“Ten years ago when we fled our family home I was working for an organisation,” says Abrahimzadeh, who alongside his role at the Adelaide City Council also co-runs the Zahra Foundation – a South Australian charity that supports the needs of domestic violence victims and survivors.
“Because we packed everything up and we literally fled our family home, my dad couldn’t find us.
“So what did my dad do? He went to my workplace, lied to them about who he was in order to try and get access to me.
“It was a good thing that I wasn’t at work that day – I was at uni – and I got a phone call from our receptionist who described this person who was supposedly there for an appointment with me and I thought, hold on a second, I don’t have a meeting, I don’t have an appointment with anyone.
“If I was at work and if I had been called and I did come out to the front and was confronted by my dad and something had happened, that workplace wouldn’t have had any processes or procedures in place to deal with that.”
According to Abrahimzadeh, the absence of a workplace program that puts in place policies around how to deal with employees impacted by domestic violence could cost a life.
Spurred by his family’s own experience of domestic violence, the area councillor will on Tuesday night call on the council to support the implementation of a “workplace equality and respect program” for council staff.
DV is one issue but there are other issues – other social issues – that we should also be speaking about
The program, he says, will ideally be run by a not-for profit domestic violence organisation such as Our Watch Australia or White Ribbon Australia, and will outline strategies to better protect staff when they are at work, as well as start conversations about the impacts of violence in the family home.
“I’ve been known in this (domestic violence) sector, so what kind of a person would that make me if I go through a workplace – a fairly large workplace – and I don’t bring something like this up?,” Abrahimzadeh says.
“When you think about domestic violence, here in Australia it kills two women a week.
“These women aren’t being killed by strangers, they’re being killed by their current or former partners.
“You look at (the Adelaide City Council) workforce, I’m sure there would probably be 800, 900 or even more than 900 FTEs (full-time equivalent employees).
“If we have a workforce, we’re responsible for that workforce and we need to make sure we look after that workforce.”
Already State Government departments have undertaken The White Ribbon Workplace Accreditation – an award-winning program that recognises organisations that promote safe workplaces for women and respectful relationships, and supports employee efforts in responding to and preventing violence against women.
“It encourages the workplace to speak about these sort of issues, about domestic violence as a whole – whether you’re a victim, whether you condone someone who’s a victim, there’s even room in such programs about how you can deal with perpetrators,” says Abrahimzadeh, who stresses he is open to the council working with any accredited domestic violence organisation, not just White Ribbon.
“If a person comes along and says, ‘yes, I’m experiencing these issues or I’ve got something happening at home that I’d like to talk to someone about’ – whatever the issue is – we just need to make sure as a workplace we are equipped to deal with these situations as they come up.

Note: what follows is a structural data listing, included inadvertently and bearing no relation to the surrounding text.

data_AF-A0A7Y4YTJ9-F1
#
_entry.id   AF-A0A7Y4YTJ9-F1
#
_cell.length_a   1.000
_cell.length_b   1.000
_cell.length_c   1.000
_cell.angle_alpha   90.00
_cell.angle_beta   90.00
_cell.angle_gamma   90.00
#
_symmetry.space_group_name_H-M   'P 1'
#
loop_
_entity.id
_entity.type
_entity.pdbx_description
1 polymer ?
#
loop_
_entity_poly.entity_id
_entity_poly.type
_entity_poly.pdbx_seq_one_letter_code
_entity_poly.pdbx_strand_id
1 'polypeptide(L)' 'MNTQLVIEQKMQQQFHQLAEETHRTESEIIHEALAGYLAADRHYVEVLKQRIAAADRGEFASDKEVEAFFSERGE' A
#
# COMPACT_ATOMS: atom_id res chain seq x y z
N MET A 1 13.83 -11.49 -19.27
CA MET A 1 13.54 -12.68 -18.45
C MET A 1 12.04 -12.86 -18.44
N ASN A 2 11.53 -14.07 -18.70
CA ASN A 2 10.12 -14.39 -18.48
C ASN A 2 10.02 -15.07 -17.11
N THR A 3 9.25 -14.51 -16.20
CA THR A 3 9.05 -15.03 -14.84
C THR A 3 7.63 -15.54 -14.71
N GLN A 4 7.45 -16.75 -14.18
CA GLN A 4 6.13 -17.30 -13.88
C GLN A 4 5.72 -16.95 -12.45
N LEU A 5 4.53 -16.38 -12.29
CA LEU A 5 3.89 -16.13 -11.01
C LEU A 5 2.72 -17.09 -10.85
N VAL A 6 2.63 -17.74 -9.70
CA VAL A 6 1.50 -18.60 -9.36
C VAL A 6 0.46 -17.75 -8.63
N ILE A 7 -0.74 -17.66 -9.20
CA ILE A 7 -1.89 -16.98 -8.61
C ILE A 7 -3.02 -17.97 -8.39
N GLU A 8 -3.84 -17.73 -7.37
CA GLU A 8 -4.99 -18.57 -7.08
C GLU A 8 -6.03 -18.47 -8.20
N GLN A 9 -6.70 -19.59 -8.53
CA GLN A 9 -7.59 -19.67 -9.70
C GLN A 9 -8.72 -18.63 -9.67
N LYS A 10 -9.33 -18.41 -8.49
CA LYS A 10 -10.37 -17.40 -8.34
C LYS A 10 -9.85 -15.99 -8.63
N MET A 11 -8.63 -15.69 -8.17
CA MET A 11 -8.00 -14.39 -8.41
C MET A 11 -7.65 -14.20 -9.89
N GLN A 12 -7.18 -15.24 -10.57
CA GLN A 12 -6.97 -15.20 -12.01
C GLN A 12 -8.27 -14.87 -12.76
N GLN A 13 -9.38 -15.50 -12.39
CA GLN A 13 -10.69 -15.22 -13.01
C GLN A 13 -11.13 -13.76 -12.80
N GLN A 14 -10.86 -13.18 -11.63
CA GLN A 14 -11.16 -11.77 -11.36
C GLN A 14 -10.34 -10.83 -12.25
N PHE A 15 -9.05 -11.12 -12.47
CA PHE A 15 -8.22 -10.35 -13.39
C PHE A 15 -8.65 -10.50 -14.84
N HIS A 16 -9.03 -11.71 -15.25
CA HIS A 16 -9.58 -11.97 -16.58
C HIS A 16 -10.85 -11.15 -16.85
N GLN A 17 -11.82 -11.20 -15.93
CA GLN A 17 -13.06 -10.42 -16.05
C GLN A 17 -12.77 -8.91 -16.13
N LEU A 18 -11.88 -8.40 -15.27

“If we don’t do that then people won’t feel safe to come out and talk about it, but by starting those conversations and having those conversations you’re creating a safe environment where people feel safe to come out and start talking.”
The city council maintains it is “committed to providing support to employees that experience family and domestic violence”.
In July, Lord Mayor Sandy Verschoor told the chamber that the council approved requests from employees experiencing domestic violence to change their work hours, telephone number or office location.
She also said council staff experiencing domestic violence had access to special paid leave in addition to existing leave entitlements, as well as a counselling service.
What kind of a person would that make me if I go through a workplace and I don’t bring something like this up?
Verschoor has thrown her support behind Abrahimzadeh’s motion, adding the council’s workforce is already “particularly good” at dealing with domestic violence.
“There is already a commitment by the City of Adelaide to support employees that are experiencing any sort of domestic and family violence and we are really happy to do anything more that we can in terms of the workplace to make sure there are programs that help people with their resilience and wellbeing,” she says.
“I think that we’ve always tried as a capital city council to make sure that we have best practice and we know that this (domestic violence) has terrible effects on the community and we want to make sure that our staff are looked after.”
The move also has the support from the council’s administration, which said in a report that it would welcome the opportunity to explore workplace equality and respect programs that would build on the programs and initiatives it currently has in place.
“I’m not an expert in DV but the past few years that I have been an advocate in this space I’ve learned some things and I want to bring those learnings here to the City of Adelaide,” Abrahimzadeh says.
“Being a councillors means that to a degree you are a community leader and as a community leader you should be a role model – you should set an example.
“DV is one issue but there are other issues – other social issues – that we should also be speaking about.
“This is just one example and one of the issues that we can be speaking about.”
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